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Commodities Review: Brent Crude

Brent Crude: Monthly

1M chart on Brent Crude (Source: TradingView)
Historical performance does not guarantee future profits.

Let’s kick off with a quick look at the monthly chart to put the current moves into better context.

Prices posted near-exponential growth through the mid-1990s before culminating in 2008 at $145.

From there the market has been in a broad range, trading from highs around $120 and periodic lows down to sub $40.

What is striking about this long-term chart is quite how volatile this major global commodity has become. It would have been fair to assume that such a pivotal commodity in global markets could have maintained a less volatile trading range. It would be a mistake to assume that future large moves would be out of character.

Brent Crude: Daily

1D chart on Brent Crude (Source: TradingView)
Historical performance does not guarantee future profits.

Moving to the daily chart we can see that most recent leg higher in more detail. Using the long-term 500-day linear regression channel we can see how price action has been in a strong bullish phase from the lows posted at the start of the decade.

The issue now is that the 50-period trend (red region) is clearly showing a bearish leg lower. Is this simply a leg lower within the longer-term trend or the start of a more major move lower?

Fundamentally, it is difficult to see OPEC allowing oil prices to slip significantly lower without simply cutting output levels. This means without significant macro-economic developments there would seem to be an effective floor on prices. But can this be seen on the charts?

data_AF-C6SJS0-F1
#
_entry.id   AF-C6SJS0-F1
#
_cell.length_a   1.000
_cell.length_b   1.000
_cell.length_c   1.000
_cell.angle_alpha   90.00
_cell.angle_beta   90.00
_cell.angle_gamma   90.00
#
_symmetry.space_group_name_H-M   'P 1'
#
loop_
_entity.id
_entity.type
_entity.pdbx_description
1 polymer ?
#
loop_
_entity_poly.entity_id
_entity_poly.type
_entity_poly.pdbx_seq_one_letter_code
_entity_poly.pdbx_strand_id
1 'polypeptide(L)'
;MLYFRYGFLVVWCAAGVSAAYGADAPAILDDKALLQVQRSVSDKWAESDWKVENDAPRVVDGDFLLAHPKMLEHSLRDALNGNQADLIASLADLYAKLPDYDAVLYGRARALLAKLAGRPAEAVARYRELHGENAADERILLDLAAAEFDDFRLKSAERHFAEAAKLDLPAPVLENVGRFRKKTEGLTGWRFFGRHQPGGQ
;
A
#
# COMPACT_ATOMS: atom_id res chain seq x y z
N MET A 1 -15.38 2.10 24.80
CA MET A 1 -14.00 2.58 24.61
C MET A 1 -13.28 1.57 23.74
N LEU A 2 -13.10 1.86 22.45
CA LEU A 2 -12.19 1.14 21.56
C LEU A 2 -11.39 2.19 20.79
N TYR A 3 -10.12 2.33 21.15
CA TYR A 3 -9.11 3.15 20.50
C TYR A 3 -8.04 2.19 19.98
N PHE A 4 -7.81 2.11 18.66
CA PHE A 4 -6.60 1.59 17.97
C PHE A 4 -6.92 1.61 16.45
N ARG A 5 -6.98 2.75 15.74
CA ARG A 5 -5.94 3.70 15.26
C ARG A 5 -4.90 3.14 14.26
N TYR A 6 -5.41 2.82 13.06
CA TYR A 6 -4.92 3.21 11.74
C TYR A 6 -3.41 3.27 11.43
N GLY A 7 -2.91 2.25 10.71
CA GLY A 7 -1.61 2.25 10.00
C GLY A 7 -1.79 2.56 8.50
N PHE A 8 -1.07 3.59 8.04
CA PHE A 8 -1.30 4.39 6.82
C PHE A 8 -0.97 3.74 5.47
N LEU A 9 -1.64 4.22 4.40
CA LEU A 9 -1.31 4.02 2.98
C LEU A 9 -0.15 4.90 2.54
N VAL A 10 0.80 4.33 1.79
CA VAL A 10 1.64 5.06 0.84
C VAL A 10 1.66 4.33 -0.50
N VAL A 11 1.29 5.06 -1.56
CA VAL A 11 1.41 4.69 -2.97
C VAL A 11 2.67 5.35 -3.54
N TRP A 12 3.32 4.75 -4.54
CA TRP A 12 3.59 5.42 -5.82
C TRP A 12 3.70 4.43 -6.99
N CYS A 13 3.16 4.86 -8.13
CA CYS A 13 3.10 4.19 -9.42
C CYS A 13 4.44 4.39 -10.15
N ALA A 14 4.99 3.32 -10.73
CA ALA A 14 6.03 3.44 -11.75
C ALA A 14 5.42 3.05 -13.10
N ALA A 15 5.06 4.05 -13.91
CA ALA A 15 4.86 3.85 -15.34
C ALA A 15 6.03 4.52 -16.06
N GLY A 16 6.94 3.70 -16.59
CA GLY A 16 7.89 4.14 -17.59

Fibonacci retracements are less useful on the oil market, as historically price seems less affected by this trading logic than in the FX market, for example. What is of interest is that the recent moves just under $90 did seem to find support from the previous resistance from the leg higher in October 2021, with highs of around $87.

So, on a technical basis we would not expect much nervousness to occur within the market unless this key support area is breached. Further, as detailed above, there are strong fundamental arguments this is less likely to occur.

The risk then appears to be skewed to the upside. Goldman Sachs made headlines earlier in the year when it suggested that a brief oil spike up to $125-150 was possible, as geopolitical concerns against a backdrop of already tight supplies could cause a significant squeeze.

Moves back towards the low 90s/high 80s could be seen in the next few weeks, but the buying interest would be very strong on any such move. The major concerns then remain inflation and central bank rates moves, factors which could increase the chances of a global recession.

Clearly this would force prices lower, countering any moves OPEC could make.

This leaves a relatively optimistic medium-term view on oil for the weeks ahead, where only a serious deterioration in the expectations for the global economy would be enough to turn the outlook outright negative.

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